I'm not going to go further into this until we get to that chapter. For now, I just want you to notice what is said in all four Gospels, and what is NOT said. There is a reason for every single thing in the Bible – a reason things are in there – and a reason for the things that are not. All four Gospels emphasize that John the Baptist was fulfilling a prophecy from Isaiah. NONE of them talk about Malachi 4. Now, if Matthew was written to the Jews, and John the Baptist is really Elijah, why wouldn't he have reminded us of that prophecy? In Matthew we're going to come again and again to a kind of odd dichotomy that you can't just explain away. It means something. For now, we'll leave it at that.

We've kind of gotten through verse 4, but we skipped verse 2:

Matthew 3:1 In those days John the Baptist came preaching in the wilderness of Judea, 2 and saying, Repent, for the kingdom of heaven is at hand!”



Repent, for the kingdom of heaven is at hand. This is the first of that phrase in the New Testament, and it is apparent that whatever it means, it was familiar to John's listeners. There is pretty much no explanation, so this was something expected – something present in the Old Testament. That exact phrase appears 31 times and only in Matthew. The other Gospels, and in fact, the rest of the New Testament uses “The Kingdom of God.” Some people say that it's because Matthew was written to Jews, and they don't like to say “God.” Well, maybe – except that Matthew uses “kingdom of God” five times himself. Interestingly, “Kingdom of God” appears 69 times (in the NKJV), so when you add that to the 31 “kingdom of heaven,” it's exactly 100. Does that mean something? Probably. No idea what, though.

Until God shows me otherwise, I'm going to treat them as meaning the same thing. But, what was that thing that it meant? What were the Jews expecting, and why? It is all through the Old Testament, but here are a few places the kingdom was prophesied:

All of Psalm 72. Here is just a portion:

Psalm 72:1 Give the king Your judgments, O God,
And Your righteousness to the king’s Son.
2 He will judge Your people with righteousness,
And Your poor with justice.
3 The mountains will bring peace to the people,
And the little hills, by righteousness.
4 He will bring justice to the poor of the people;
He will save the children of the needy,
And will break in pieces the oppressor.

5 They shall fear You[a]
As long as the sun and moon endure,
Throughout all generations.
6 He shall come down like rain upon the grass before mowing,
Like showers that water the earth.
7 In His days the righteous shall flourish,
And abundance of peace,
Until the moon is no more.

Isaiah 2:2 Now it shall come to pass in the latter days
That the mountain of the Lord
s house
Shall be established on the top of the mountains,
And shall be exalted above the hills;
And all nations shall flow to it.
3 Many people shall come and say,
“Come, and let us go up to the mountain of the Lord,
To the house of the God of Jacob;
He will teach us His ways,
And we shall walk in His paths.”
For out of Zion shall go forth the law,
And the word of the Lord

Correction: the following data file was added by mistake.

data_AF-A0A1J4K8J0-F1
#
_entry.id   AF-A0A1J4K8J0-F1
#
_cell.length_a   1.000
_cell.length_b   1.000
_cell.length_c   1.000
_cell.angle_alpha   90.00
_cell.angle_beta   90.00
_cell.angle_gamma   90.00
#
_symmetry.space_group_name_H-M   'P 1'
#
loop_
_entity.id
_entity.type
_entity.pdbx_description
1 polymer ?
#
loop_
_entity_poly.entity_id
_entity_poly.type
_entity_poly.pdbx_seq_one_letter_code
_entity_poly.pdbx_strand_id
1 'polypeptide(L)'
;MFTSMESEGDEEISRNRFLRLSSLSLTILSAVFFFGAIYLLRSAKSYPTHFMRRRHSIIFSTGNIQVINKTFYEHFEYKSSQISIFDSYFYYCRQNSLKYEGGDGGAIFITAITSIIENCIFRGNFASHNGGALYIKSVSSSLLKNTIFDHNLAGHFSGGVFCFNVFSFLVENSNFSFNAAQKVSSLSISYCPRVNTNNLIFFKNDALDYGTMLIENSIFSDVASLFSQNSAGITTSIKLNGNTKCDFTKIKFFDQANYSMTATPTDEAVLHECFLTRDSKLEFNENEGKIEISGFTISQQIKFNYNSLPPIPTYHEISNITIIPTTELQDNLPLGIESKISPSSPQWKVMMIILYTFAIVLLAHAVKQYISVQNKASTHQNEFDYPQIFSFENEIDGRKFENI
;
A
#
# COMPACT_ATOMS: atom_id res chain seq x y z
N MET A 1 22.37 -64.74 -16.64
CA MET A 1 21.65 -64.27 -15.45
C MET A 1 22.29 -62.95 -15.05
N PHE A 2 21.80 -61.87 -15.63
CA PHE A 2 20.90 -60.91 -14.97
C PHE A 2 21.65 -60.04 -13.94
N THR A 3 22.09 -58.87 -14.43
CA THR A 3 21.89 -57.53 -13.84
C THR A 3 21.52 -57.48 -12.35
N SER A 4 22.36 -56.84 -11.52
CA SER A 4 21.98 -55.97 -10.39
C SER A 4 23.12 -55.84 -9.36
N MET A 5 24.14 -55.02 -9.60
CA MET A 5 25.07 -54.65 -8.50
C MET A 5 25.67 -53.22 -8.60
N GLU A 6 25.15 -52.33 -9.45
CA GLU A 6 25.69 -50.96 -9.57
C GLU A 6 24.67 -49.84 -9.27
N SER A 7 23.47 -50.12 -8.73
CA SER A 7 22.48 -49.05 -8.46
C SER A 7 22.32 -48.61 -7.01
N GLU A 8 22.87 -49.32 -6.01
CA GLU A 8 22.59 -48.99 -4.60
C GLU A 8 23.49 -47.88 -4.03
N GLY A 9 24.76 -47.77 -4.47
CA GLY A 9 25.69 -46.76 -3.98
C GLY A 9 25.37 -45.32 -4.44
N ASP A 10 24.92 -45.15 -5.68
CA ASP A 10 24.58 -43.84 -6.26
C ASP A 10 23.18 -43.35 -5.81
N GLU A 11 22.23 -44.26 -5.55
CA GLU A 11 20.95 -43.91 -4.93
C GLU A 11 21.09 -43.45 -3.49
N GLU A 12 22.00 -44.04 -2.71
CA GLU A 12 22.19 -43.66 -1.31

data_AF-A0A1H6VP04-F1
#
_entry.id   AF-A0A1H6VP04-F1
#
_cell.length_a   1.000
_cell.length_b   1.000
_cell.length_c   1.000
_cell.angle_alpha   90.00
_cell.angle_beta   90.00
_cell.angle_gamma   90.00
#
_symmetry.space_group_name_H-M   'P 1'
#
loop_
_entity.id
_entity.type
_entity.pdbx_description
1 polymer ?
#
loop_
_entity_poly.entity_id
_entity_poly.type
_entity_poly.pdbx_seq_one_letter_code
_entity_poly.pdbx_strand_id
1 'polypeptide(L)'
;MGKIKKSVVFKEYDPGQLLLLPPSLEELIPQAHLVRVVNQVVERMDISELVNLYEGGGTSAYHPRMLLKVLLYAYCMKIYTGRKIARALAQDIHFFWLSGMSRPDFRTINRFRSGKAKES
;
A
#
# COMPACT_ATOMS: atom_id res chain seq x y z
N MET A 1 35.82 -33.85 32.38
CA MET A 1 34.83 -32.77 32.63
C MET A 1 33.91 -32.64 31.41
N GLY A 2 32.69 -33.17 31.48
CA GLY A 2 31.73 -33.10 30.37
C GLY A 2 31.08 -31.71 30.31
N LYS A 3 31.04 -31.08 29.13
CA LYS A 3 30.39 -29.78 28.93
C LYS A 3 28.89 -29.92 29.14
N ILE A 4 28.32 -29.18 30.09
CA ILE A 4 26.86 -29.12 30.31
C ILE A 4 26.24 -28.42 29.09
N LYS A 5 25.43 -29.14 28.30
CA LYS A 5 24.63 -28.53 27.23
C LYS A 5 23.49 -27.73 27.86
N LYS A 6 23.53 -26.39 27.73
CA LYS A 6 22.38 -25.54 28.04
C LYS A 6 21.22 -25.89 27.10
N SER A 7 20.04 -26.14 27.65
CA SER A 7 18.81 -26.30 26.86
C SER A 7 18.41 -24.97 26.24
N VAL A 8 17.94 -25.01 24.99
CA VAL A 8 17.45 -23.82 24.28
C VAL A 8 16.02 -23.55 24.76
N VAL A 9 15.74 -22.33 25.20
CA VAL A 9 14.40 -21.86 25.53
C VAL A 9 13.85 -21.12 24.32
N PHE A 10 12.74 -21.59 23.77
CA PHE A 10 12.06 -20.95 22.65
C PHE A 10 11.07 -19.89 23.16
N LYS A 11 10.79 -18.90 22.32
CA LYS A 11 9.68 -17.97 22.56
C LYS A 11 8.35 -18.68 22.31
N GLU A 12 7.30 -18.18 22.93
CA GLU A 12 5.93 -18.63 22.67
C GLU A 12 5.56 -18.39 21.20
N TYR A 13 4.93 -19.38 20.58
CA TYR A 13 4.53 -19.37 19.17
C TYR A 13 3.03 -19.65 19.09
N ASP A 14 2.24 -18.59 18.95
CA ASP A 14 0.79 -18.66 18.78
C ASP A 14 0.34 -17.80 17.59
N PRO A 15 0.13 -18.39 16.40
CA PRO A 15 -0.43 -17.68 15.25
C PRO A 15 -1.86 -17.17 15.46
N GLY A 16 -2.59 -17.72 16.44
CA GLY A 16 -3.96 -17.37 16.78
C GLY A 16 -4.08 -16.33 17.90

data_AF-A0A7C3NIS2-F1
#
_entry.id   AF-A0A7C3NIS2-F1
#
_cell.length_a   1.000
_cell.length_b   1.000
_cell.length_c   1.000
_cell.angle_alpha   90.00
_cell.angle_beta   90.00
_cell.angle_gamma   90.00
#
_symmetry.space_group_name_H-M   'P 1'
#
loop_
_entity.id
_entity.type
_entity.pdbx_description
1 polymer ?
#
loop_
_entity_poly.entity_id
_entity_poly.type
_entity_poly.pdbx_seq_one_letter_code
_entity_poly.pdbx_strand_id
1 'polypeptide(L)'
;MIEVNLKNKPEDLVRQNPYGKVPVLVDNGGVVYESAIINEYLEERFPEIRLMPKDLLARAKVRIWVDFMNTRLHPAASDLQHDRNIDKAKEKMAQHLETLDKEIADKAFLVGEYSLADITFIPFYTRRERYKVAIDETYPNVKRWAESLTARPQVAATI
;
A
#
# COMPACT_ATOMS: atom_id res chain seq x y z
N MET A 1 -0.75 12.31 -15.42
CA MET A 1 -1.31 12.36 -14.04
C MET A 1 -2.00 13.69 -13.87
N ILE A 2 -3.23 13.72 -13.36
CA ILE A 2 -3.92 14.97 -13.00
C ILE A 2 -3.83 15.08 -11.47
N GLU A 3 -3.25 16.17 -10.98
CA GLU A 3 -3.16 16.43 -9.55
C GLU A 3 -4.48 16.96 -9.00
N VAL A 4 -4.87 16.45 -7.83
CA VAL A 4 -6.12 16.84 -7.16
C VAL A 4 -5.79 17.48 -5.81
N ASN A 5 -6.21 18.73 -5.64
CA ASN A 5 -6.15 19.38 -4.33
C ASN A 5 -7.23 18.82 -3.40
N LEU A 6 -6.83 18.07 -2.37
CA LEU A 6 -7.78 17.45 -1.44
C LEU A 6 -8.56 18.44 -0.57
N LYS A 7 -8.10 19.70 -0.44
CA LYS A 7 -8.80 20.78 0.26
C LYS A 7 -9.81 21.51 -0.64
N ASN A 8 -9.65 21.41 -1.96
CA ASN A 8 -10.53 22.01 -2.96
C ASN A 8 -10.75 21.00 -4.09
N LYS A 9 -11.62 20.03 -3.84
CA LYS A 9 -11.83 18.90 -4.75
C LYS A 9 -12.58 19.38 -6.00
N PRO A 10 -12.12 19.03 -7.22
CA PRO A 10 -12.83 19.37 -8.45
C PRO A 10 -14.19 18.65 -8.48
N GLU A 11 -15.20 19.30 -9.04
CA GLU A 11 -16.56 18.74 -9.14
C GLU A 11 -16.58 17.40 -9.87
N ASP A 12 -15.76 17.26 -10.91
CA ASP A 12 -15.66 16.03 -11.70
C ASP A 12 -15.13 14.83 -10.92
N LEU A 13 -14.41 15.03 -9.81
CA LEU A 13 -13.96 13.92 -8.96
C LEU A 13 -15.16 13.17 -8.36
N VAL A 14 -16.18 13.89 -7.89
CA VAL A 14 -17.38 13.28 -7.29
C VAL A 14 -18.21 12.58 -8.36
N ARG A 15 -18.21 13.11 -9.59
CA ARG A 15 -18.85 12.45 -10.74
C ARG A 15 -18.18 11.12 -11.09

from Jerusalem.
4 He shall judge between the nations,
And rebuke many people;
They shall beat their swords into plowshares,
And their spears into pruning hooks;
Nation shall not lift up sword against nation,
Neither shall they learn war anymore.

Daniel 2:44 And in the days of these kings the God of heaven will set up a kingdom which shall never be destroyed; and the kingdom shall not be left to other people; it shall break in pieces and consume all these kingdoms, and it shall stand forever.

Truly, it is all through the Old Testament. Here is an article on that:

The Kingdom of God in the Old Testament

But, what, exactly, was it they were expecting? If you simply read the Old Testament prophesies, it would appear that God was going to set up a kingdom that would rule all the earth. There would be peace, and it would last forever. Messiah would rule – and with a rod of iron when necessary. Was it the church? That is the question, isn't it? As you read in the New Testament about the Kingdom of Heaven, it certainly would appear that it is the church. So, that must mean those Old Testament prophesies that sounded like a kingdom on earth must really be about peace with God in the church, right?

Here we're not even through this chapter, and we've already run into another of those seeming contradictions. It's going to come up again and again, but we'll postpone the full discussion for a bit more.

John the Baptist Prepares the Way

Matthew 3:1 In those days John the Baptist came preaching in the wilderness of Judea, 2 and saying, “Repent, for the kingdom of heaven is at hand!3 For this is he who was spoken of by the prophet Isaiah, saying:

The voice of one crying in the wilderness:
‘Prepare the way of the Lord;
Make His paths straight.’”[a]

4 Now John himself was clothed in camel’s hair, with a leather belt around his waist; and his food was locusts and wild honey. 5 Then Jerusalem, all Judea, and all the region around the Jordan went out to him 6 and were baptized by him in the Jordan, confessing their sins.

I know this ends abruptly. I will fix it when I see how far we actually get on Friday, 4/15/16.



The Berean Bible Study of the Gospel of Matthew

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Now the Bereans were of more noble character than the Thessalonians, for they received the message with great eagerness and examined the Scriptures every day to see if what Paul said was true. - Acts 17:11

© 2016 This study was written by Jacqui Komschlies and last updated 4/14/16. If you have questions, comments, corrections or concerns, please write me.